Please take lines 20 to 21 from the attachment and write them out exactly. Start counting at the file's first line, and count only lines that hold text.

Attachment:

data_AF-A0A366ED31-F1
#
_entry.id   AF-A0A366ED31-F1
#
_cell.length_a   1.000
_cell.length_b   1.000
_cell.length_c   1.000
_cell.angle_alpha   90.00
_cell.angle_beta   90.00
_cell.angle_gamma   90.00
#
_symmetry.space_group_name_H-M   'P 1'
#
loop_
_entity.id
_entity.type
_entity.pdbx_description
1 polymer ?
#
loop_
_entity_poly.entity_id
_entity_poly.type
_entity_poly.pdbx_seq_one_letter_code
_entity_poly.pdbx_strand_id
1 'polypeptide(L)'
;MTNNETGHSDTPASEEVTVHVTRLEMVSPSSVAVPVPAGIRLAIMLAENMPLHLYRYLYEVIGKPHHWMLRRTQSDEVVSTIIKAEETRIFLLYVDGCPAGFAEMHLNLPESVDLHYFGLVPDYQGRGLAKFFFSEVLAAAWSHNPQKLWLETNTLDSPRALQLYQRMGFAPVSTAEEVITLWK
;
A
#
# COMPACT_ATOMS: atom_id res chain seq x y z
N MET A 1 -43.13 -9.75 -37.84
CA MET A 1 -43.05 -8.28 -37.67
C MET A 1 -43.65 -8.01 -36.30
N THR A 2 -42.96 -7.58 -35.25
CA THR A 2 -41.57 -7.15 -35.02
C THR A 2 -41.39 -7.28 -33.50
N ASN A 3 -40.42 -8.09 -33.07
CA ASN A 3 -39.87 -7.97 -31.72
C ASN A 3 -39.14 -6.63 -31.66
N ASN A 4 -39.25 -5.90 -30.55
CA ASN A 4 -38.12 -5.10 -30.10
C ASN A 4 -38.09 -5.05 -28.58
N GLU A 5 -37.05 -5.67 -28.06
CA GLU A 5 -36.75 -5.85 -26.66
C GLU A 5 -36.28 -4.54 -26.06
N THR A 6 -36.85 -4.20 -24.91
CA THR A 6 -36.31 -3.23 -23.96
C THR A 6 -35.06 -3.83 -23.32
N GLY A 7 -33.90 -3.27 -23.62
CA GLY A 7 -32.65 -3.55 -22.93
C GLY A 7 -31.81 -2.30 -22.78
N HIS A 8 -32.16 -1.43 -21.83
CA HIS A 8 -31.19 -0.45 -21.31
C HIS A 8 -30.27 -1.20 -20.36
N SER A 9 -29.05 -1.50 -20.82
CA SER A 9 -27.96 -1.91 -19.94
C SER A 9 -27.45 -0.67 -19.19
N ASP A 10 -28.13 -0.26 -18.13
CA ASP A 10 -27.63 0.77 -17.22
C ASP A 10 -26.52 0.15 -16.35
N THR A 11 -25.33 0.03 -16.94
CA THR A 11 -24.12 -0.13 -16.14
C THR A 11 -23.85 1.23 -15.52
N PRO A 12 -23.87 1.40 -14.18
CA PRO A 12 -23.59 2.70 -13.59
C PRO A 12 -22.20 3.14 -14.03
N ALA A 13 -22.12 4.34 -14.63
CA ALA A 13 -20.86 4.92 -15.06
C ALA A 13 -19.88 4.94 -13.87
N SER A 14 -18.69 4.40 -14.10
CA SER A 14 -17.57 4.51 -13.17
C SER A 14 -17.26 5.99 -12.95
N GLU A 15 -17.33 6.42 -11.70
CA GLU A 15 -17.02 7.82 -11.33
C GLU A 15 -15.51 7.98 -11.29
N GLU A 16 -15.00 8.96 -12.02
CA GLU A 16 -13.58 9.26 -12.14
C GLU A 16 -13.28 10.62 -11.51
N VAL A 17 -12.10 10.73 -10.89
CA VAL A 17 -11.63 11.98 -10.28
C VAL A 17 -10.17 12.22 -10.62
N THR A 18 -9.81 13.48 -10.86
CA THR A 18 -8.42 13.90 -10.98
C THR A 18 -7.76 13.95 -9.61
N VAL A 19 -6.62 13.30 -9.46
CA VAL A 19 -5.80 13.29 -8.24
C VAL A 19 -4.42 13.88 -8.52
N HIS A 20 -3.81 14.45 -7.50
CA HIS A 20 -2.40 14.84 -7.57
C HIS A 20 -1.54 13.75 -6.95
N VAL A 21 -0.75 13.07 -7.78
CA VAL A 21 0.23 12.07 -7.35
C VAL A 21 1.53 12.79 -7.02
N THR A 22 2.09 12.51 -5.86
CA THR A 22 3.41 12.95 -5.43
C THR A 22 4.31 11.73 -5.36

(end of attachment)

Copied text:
loop_
_entity_poly.entity_id